duncan said:

If this is your first dissapointment concerning media values then welcome to the world. It won’t be your last. Your utopian ideas are sweet but misplaced.
Unfortunately our media is focused on keeping viewers and readers, so they will first report on the most shocking elements and on those stories which are still developing, not on reporting on the most humanitarian issue.
It would have added a lot of weight to your video if you had interviewed someone who knows something about the potential dangers of nuclear fallout.
Fukushima has over 2 million people, not “hardly any poeple”, and is only 2 hours north of Tokyo not “very far north” in Japan. Make sure you check the info given by your sources. If one thing can be discredited, the whole thing can.

Hilda said:

Nuclear Power, Radation is not a topic everyone wants to discuss, but this video gives an idea from experts like Fiona Fox. The debate had shifted from earthquake and tsunami to nuclear problem. More attention should have been given to how the earthquake and tsusnami has affected human lives, education, water, agriculture and many aspects of live. Scientific communities should do more to reassure people about neclear technology. It is good to know that the people of Japan are picking up their lives and rebuilding, wish you good luck.

Amelie said:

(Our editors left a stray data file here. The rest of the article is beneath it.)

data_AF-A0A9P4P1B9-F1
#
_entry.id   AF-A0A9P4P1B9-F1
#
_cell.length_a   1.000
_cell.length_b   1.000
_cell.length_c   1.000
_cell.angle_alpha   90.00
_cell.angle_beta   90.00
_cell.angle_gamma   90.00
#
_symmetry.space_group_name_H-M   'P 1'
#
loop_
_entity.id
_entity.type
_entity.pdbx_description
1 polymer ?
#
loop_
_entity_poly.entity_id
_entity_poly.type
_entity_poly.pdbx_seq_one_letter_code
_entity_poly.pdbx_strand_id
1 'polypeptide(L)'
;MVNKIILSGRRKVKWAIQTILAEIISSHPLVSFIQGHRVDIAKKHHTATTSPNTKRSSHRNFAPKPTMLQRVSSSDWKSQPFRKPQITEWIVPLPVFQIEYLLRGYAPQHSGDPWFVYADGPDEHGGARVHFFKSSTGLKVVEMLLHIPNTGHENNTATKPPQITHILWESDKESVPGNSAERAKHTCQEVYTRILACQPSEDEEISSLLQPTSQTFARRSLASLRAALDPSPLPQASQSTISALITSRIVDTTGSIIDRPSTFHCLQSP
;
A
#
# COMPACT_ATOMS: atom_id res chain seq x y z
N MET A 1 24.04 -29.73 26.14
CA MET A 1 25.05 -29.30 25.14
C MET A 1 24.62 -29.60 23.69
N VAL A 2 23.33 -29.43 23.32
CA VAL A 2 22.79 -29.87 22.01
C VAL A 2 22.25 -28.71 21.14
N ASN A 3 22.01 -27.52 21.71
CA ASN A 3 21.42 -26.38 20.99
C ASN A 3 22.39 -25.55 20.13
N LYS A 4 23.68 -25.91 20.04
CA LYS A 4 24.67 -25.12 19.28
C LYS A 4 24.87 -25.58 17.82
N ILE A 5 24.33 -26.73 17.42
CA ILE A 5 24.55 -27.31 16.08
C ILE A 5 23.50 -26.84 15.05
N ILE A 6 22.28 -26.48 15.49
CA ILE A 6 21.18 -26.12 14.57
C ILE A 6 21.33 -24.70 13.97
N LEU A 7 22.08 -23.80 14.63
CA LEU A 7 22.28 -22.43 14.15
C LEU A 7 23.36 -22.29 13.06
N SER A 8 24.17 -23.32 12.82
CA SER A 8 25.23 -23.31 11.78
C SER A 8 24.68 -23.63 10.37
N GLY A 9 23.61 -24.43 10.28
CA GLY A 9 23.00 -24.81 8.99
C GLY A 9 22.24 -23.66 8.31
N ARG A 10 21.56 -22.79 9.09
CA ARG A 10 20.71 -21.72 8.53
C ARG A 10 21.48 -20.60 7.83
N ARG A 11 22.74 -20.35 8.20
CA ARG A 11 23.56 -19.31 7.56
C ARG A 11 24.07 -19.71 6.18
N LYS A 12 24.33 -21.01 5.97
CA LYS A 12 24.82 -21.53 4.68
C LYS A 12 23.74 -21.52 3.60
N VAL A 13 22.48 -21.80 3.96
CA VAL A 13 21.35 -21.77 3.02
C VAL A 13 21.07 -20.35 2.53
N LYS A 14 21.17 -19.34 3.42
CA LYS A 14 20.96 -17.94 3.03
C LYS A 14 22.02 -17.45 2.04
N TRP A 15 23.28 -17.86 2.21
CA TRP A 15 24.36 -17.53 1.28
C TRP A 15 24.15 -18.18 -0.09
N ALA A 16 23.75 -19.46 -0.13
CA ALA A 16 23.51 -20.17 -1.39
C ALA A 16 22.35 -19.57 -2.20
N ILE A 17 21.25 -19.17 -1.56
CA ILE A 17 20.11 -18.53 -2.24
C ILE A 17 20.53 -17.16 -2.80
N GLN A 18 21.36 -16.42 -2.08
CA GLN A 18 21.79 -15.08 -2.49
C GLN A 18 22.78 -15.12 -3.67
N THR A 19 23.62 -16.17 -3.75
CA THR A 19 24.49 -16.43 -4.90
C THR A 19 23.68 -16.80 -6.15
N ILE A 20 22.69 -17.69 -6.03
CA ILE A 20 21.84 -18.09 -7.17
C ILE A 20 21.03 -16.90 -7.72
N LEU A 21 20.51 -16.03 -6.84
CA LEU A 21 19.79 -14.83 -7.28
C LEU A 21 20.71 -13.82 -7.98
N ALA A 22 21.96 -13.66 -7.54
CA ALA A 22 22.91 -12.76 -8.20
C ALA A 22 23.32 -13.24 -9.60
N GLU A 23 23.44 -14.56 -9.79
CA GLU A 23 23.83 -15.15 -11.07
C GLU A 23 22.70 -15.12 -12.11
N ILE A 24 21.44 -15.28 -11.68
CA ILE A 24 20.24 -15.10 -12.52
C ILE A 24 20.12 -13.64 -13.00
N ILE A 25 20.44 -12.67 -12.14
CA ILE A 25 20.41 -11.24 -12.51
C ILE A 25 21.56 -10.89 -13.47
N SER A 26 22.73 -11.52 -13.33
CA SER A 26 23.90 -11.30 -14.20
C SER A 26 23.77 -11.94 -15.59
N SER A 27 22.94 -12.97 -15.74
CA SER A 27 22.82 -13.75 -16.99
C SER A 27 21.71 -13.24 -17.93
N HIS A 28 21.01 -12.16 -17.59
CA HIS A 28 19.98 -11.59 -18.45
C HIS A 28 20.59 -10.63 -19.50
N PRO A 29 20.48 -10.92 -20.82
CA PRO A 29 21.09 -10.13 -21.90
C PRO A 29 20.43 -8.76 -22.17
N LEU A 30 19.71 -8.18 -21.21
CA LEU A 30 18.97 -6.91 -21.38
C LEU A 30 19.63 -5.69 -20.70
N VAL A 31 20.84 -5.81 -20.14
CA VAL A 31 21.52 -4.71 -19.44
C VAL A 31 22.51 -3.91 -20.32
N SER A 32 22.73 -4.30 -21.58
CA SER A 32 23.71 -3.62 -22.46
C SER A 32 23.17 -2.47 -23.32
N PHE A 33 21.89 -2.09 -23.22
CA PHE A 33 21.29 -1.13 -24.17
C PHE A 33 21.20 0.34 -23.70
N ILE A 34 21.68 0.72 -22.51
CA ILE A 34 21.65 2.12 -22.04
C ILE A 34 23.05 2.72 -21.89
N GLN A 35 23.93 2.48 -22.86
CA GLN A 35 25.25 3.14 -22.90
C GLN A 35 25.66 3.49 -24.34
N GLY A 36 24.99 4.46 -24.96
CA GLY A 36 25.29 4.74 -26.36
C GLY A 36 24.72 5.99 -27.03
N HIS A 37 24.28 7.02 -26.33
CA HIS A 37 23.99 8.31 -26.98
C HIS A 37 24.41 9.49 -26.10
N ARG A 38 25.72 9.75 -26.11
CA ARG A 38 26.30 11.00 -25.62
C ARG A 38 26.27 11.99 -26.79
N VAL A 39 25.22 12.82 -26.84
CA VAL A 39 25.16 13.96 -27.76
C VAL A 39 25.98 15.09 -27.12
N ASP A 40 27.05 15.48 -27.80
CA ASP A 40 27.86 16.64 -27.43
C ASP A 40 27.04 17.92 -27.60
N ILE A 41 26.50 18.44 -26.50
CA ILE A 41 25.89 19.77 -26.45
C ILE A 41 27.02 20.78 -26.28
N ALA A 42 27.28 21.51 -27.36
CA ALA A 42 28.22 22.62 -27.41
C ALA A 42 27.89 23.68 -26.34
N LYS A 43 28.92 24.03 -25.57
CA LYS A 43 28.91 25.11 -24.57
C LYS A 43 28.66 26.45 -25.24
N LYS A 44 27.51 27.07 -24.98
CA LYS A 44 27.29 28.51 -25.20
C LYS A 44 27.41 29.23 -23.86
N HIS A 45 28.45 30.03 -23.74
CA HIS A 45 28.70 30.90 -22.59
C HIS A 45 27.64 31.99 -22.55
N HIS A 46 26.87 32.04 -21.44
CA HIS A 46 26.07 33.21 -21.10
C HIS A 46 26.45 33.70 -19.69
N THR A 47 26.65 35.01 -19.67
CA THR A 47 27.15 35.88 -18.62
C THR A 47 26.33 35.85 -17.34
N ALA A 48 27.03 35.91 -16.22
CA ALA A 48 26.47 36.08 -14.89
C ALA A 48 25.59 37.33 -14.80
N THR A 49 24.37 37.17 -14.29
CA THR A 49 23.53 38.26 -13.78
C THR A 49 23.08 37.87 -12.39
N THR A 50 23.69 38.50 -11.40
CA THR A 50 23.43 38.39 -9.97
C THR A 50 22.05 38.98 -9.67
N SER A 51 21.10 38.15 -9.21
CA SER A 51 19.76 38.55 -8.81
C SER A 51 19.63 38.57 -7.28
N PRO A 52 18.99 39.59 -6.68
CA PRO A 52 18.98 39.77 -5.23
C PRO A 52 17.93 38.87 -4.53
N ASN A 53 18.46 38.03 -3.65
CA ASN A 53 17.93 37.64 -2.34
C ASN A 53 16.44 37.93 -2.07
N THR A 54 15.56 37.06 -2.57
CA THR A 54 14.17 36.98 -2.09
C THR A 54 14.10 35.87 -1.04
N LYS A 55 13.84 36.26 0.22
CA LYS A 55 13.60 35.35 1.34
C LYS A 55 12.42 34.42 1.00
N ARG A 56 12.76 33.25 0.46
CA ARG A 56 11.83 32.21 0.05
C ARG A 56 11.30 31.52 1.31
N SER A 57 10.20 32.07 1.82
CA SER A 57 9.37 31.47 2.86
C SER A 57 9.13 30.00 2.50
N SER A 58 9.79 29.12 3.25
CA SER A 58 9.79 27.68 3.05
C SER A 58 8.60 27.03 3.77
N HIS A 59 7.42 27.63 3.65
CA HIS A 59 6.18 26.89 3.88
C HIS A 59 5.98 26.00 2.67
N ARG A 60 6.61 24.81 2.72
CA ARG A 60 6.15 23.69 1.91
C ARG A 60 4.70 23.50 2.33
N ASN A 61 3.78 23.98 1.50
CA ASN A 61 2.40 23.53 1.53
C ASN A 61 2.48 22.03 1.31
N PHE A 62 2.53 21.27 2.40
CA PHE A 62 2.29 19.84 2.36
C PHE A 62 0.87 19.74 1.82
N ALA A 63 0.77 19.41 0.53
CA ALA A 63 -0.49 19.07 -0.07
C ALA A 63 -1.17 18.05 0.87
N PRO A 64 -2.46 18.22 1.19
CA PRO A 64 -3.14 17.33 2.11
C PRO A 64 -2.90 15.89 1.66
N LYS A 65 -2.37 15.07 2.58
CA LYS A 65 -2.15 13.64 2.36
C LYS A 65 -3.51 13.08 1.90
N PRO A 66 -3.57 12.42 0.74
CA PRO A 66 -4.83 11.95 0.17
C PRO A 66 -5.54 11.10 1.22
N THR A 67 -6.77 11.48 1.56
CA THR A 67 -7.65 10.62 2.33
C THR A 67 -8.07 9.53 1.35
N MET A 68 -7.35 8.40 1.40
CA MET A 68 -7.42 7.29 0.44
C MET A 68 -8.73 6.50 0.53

What a brilliantly reported, well-rounded and informative report. It’s impressive how it exposes the way UK news work and that news journalism in this country seems to follow priorities of sensationalism and fear mongering rather than reporting the correct facts in the right proportion. It is outrageous that journalists are pressured by editors to write stories from a certain angle even if that one does not accurately represent the facts. The public has little choice to verify the information from the news. I therefore think that British media has a responsibility to report facts and issues truthfully without an underlying agenda. The fact that even the Science Media Centre London openly condemns their journalistic practices seems to suggest that the issue is very serious. I liked how the report investigated the issues of public misunderstanding in regards to ‘radiation’ and the perception of surpassingly risky nuclear power plants. This was a natural and not a human disaster and in my opinion British media would have done a better job focussing on the terrible destruction of people’s homes and the social and economic struggles faced by Japan. Instead of selfish and unfounded fear, Britain might have just felt that little bit more empathetic towards the Japan if the real catastrophe caused by the tsunami had been the news rather than the comparatively smaller issue of the damaged nuclear power station.